2020 CEO Insights: Tim Keech

SMC Australia | New Zealand

Tuesday, 04 February, 2020

2020 CEO Insights: Tim Keech

What key trends will have an impact on the growth of your industry in 2020?

The implementation of Industry 4.0 in manufacturing can have a major positive impact on the growth of our industry in 2020.

Manufacturing continues to be fiercely competitive. Not only are manufacturers competing locally, we are also competing on an international stage where many manufacturers are already advanced in the implementation of IoT solutions. Australia needs to continue to leverage the benefits of implementing Industry 4.0 solutions in order to remain competitive.

We will always have the challenge of reducing costs, maintaining high levels of safety, ensuring we comply with environmental initiatives and effective supply chain management. Industry 4.0 can help address these issues.

The more recent challenges being addressed by Industry 4.0 solutions are the evolving expectations of consumers, and smart manufacturing is helping to meet this demand.

What are the three biggest challenges facing your industry in 2020?

Access to skills remain a major challenge. Not only is production having to keep pace with the evolving technology, but so are the people in the business. We need people who can interpret and utilise the data that this new technology will bring, and this is not just a case of simply injecting STEM graduates into the workforce. This skill can only come through on-the-job experience, making it critical for our STEM undergraduates to be closely aligned and integrated with industry to achieve this.

Cybersecurity threats are the second major challenge. We have seen that no one company or even government is immune from attacks. Such risks may hamper the appetite for investing in Industry 4.0 technology. It is, however, a matter of educating customers with industry-proven solutions and processes that are available to limit exposure and protect their business.

A third challenge is access to reliable and low-cost infrastructure. In the face of increasing climate change, shrinking resources and the escalating cost of electricity, access to power and water can’t be overlooked. Unplanned power outages have a real impact on business, and we are now finding that reduced access to reliable water is having impacts in the mining and manufacturing industries.

In terms of infrastructure, we have at times found it difficult to employ people of specific skills because of distance. Travelling from one side of the city to another may no longer be practical when having to manage the consistent congestion of roads and motorways.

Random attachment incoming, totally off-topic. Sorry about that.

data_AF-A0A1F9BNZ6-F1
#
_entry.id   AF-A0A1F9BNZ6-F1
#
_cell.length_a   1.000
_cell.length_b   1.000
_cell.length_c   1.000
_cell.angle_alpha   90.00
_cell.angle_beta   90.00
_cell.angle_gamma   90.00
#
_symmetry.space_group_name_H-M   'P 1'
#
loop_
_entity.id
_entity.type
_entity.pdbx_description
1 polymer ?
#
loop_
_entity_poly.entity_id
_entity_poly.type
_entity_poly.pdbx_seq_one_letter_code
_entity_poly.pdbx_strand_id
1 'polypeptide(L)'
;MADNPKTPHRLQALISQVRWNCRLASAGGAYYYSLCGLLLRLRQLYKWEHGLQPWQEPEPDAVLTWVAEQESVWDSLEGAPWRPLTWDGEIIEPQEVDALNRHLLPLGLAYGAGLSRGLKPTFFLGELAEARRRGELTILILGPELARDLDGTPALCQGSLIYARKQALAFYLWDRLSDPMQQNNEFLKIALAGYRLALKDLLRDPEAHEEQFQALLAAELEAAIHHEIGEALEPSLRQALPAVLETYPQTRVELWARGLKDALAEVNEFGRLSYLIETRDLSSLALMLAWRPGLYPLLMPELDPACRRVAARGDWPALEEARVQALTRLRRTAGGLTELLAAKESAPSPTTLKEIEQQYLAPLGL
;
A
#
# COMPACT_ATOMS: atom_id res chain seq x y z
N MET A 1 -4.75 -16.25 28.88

What difficulties has your business faced when implementing advanced manufacturing capabilities?

Initial uptake on new technology is slower in the local economy, and Australia cannot afford a slow uptake! Compared to the international market, we are slower at implementing integrated automation, robotic technology and Industry 4.0 data analytics. There is often a fear of automation because of how it would influence the local workforce. The reality is that automation brings more productivity, more output, more profits and this in turn results in the opportunity to create more jobs!

What is your industry doing to attract, upskill and retain talent?

SMC has developed a Cadet Program to attract and retain talent. We are taking in technical people and training them in sales, operations, logistics and administration to ensure they have a good overview of the business. These cadets are earmarked for future roles in the business and highly adaptable to changing economies.

We are moving with the times and the changing technology by, for example, placing more engineers in the field of energy-saving solutions, setting up digital transformation departments etc. We train and upskill these people to assist us in delivering not only value but real knowledge on these subjects.

SMC is continuing to invest in R&D on many applications, ranging from vacuum pads for robotics through to wireless applications in harsh environments. This requires high-calibre people that have both the technical ability to develop the technology and people who know how the technology needs to be applied across varying industries.

How is your business planning to help Australia meet the 2030 climate change targets?

SMC has been very active in the area of reducing energy consumption, specifically targeting inefficient use of compressed air. Manufacturers are beginning to realise the hidden costs of compressors running inefficiently throughout their plants. The recent success of SMC with several multinational manufacturers demonstrated real savings at the compressor.

We are employing engineers who take a very structured approach. They spend time onsite to understand the baseline of the current situation and then install measuring devices around the plant to measure air pressure and flow. Our engineers have the ability to identify areas of savings, from something as simple as identifying excessive leakage through to optimising the pressure and flow.

The benefits of this can vary. In addition to reducing the energy bill, benefits have been the deferring of capital equipment by fully utilising existing equipment to achieve the overall corporate target of reducing carbon footprint.

Tim Keech has worked for prominent industry brands throughout his career with extensive experience in industrial automation across various industries both locally and internationally. Skilled in process automation and control, drive systems application engineering, control systems design and SCADA, Tim combines a background in sales with an engineering degree from Sydney’s University of Technology.

Image: ©stock.adobe.com/au/freshidea

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